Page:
SSD
to get a boost in performance or increase the amount of files that may be stored. Also, the user could increase the RAM
RAM
so the computer may run more smoothly. The user could add a USB
USB
3.0 expansion card in order to fully use USB
USB
3.0 devices, or could upgrade the GPU
GPU
for extra rendering power. Performing such hardware upgrades may be necessary for older computers to meet a programs' system requirements. Recycling[edit]

Because computer parts contain hazardous materials, there is a growing movement to recycle old and outdated parts.[9] Computer
Computer
hardware contain dangerous chemicals such as: lead, mercury, nickel, and cadmium. According to the EPA these e-wastes have a harmful effect on the environment unless they are disposed of properly. Making hardware requires energy, and recycling parts will reduce air pollution, water pollution, as well as greenhouse gas emissions.[10] Disposing unauthorized computer equipment is in fact illegal. Legislation makes it mandatory to recycle computers through the government approved facilities. Recycling
Recycling
a computer can be made easier by taking out certain reusable parts. For example, the RAM, DVD
DVD
drive, the graphics card, hard drive or SSD, and other similar removable parts can be reused. Toxic computer components[edit] The central processing unit contains many toxic materials. It contains lead and chromium in the metal plates. Resistors, semi-conductors, infrared detectors, stabilizers, cables, and wires contain cadmium. The circuit boards in a computer contain mercury, and chromium.[11] When these types of materials, and chemicals are disposed improperly will become hazardous for the environment. Environmental effects[edit] According to the United States Environmental Protection Agency
United States Environmental Protection Agency
only around 15% of the e-waste actually is recycled. When e-waste byproducts leach into ground water are burned or get mishandled during recycling it causes harm. Health problems associated with such toxins include impaired mental development, cancer, and damage to the lungs, liver, and kidneys.[12] That's why even wires have to be recycled. Different companies have different techniques to recycle a wire. The most popular one is the grinder that separates the copper wires form the plastic/rubber casing. When the processes is done there are two different piles left; one containing the copper powder, and the other containing plastic/rubber pieces.[13] Computer
Computer
monitors, mice, and keyboards all have a similar way of being recycled. For example, first each of the parts are taken apart then all of the inner parts get separated and placed into its own bin.[14] National services[edit] Recycling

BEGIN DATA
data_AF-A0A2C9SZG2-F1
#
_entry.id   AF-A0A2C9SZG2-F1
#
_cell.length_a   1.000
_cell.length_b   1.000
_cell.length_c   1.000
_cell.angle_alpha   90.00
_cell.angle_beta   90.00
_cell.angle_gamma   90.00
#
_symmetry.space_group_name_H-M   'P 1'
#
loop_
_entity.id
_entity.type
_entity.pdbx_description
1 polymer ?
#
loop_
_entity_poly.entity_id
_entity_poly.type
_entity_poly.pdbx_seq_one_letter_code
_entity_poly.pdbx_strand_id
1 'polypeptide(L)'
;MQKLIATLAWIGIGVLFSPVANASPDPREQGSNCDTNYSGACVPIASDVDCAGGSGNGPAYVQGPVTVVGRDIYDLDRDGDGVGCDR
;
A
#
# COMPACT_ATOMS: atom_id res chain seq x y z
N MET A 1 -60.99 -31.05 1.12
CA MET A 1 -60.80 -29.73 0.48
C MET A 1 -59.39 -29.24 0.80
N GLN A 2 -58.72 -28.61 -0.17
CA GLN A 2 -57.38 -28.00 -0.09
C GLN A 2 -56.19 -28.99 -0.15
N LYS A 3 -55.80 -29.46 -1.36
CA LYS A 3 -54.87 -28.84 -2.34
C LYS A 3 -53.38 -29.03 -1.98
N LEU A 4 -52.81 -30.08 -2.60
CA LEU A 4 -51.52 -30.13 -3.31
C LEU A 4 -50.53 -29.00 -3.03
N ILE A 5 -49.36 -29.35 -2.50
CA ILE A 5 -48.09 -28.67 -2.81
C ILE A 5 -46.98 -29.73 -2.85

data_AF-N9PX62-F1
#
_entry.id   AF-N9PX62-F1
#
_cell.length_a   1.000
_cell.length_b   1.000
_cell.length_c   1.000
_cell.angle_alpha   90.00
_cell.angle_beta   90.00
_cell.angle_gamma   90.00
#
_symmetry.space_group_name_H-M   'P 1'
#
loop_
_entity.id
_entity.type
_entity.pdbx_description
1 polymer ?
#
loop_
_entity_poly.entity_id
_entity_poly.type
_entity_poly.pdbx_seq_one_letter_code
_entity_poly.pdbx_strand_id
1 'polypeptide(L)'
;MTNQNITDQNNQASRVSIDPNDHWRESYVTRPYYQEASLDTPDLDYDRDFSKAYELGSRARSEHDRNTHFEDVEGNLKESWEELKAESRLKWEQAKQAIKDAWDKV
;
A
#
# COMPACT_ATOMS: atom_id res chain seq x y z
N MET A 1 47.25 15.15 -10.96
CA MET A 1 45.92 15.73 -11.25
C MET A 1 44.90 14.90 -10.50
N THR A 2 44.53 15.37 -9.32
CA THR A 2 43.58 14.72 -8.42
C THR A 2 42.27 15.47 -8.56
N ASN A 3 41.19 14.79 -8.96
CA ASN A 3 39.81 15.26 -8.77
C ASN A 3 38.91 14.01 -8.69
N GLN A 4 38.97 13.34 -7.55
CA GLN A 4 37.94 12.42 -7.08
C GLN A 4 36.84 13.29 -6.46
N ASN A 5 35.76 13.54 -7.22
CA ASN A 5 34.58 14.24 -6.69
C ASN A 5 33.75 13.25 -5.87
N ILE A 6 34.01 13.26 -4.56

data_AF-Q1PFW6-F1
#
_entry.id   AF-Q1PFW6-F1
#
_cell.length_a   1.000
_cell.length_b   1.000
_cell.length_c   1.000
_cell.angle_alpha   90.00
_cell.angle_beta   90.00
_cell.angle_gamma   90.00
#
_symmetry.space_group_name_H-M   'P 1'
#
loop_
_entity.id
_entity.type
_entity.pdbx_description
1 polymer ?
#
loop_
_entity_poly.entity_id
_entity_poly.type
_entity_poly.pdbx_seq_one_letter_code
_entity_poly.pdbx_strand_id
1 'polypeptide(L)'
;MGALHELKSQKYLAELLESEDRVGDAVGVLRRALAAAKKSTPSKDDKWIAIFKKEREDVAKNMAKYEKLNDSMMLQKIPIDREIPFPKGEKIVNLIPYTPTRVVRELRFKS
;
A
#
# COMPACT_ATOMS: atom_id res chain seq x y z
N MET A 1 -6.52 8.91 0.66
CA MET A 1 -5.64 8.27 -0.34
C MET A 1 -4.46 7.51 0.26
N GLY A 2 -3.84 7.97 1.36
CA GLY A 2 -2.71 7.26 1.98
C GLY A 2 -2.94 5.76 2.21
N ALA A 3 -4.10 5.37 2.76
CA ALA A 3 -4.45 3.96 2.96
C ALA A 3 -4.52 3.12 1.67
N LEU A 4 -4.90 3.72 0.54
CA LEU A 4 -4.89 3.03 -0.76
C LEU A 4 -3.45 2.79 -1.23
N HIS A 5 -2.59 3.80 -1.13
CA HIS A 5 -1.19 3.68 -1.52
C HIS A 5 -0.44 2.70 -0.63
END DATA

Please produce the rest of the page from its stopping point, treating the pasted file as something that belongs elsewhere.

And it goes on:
Recycling
a computer is made easier by a few of the national services, such as Dell
Dell
and Apple. Both companies will take back the computer of their make or any other make. Otherwise a computer can be donated to Computer Aid International which is an organization that recycles and refurbishes old computers for hospitals, schools, universities, etc.[15] See also[edit]

Information technology portal

Computer
Computer
architecture Electronic hardware Glossary of computer hardware terms History of computing hardware List of computer hardware manufacturers Open-source computing hardware

Sources[edit]

^ "Parts of computer". Microsoft. Archived from the original on 27 November 2013. Retrieved 5 December 2013.  ^ von Neumann, John (1945). "First Draft of a Report on the EDVAC" (PDF). Archived (PDF) from the original on 9 August 2013.  ^ Markgraf, Joey D. (2007). "The Von Neumann bottleneck". Archived from the original on 9 June 2011. Retrieved 24 August 2011.  ^ "US B2B Channel sales reach nearly $62 Billion in 2013, According to The NPD Group". NPD Group. 4 February 2014. Archived from the original on 8 August 2014.  ^ "How long should a laptop battery last?". Computer
Computer
Hope. Archived from the original on 21 December 2013. Retrieved 9 December 2013.  ^ Domingo, Joel. " SSD
SSD
vs. HDD: What's the Difference?". PCMag. Archived from the original on 19 March 2017. Retrieved 24 March 2017.  ^ Edwards, Benj. "Evolution of the Solid-State Drive". PCWorld. Archived from the original on 25 March 2017. Retrieved 24 March 2017.  ^ Alba, Davey. "China's Tianhe-2 Caps Top 10 Supercomputers". IEEE. Archived from the original on 11 December 2013. Retrieved 9 December 2013.  ^ "How to recycle your old computer". Digital Trends. 18 December 2016. Archived from the original on 17 April 2017. Retrieved 18 April 2017.  ^ Inc, Chris Keenan - Newtech Recycling. "Newtech Recycling Specializes in Computer
Computer
Disposal, Laptop
Laptop
Disposal, Desktop Disposal Mainframe Disposal and Server Disposal". www.newtechrecycling.com. Archived from the original on 29 March 2017. Retrieved 18 April 2017.  ^ "The Toxic Components of Computers and Monitors". Archived from the original on 27 April 2017. Retrieved 26 April 2017.  ^ "What's Going On with Electronic Waste? – Electronics TakeBack Coalition". Archived from the original on 27 April 2017. Retrieved 26 April 2017.  ^ "Wire Recycling". All-Recycling-Facts.com. Archived from the original on 10 July 2017. Retrieved 5 May 2017.  ^ " Computer